'We're going to kill' Iraq militants who attack Canadian troops: PM
By David Ljunggren
OTTAWA (Reuters) - Prime Minister Stephen Harper denied on Thursday that Canadian military advisers in Iraq would be dragged into combat against Islamic State militants despite a recent clash but said Canada's forces would kill anyone who attacked them.
Asked whether he anticipated Canadian troops taking on more of a combat role, Harper replied: "No, I do not."
He insisted the about 70 Canadian special forces personnel on the ground in Iraq are there to help local forces in their fight against the militants.
"This is a robust mission ... if those guys fire at us we're going to fire back and we're going to kill them, just like our guys did, and we're very proud of the job they're doing in Iraq," he told reporters in St. Catharines, Ontario.
Canada pledged in October to join the U.S.-led bombing campaign in Iraq for six months. It also put the special forces on the ground in Iraq in a role that Ottawa said would be to advise and assist Iraqi troops but not engage in combat.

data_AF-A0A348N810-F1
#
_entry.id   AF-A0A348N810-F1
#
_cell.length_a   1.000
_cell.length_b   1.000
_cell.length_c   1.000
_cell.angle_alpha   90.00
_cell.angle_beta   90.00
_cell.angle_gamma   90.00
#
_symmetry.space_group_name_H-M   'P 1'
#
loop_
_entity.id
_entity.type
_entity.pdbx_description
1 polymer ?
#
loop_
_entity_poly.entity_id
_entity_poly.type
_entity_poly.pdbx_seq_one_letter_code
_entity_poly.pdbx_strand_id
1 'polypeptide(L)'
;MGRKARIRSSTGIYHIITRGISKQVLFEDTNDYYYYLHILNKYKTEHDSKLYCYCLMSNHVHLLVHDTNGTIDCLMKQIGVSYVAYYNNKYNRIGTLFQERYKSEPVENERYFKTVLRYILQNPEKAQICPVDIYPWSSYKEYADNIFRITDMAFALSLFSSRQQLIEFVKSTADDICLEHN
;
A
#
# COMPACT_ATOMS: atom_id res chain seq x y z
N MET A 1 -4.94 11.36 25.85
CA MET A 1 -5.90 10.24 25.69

Military officials on Monday revealed for the first time that the forces were helping target Islamic State fighters. They also said Canadian soldiers had recently shot militants who had fired on them with machine guns and mortars.
The topic is sensitive for the Conservative government, which is trailing in the polls ahead of an October election. Canadians' appetite for foreign military missions has dropped after 10 years of involvement in Afghanistan that ended in 2011, and during which 158 soldiers were killed.
Justin Trudeau, whose opposition Liberals are leading in the polls, said on Tuesday that Harper had not been telling the truth last year when he assured legislators Canadian forces would not be involved in combat. Continued...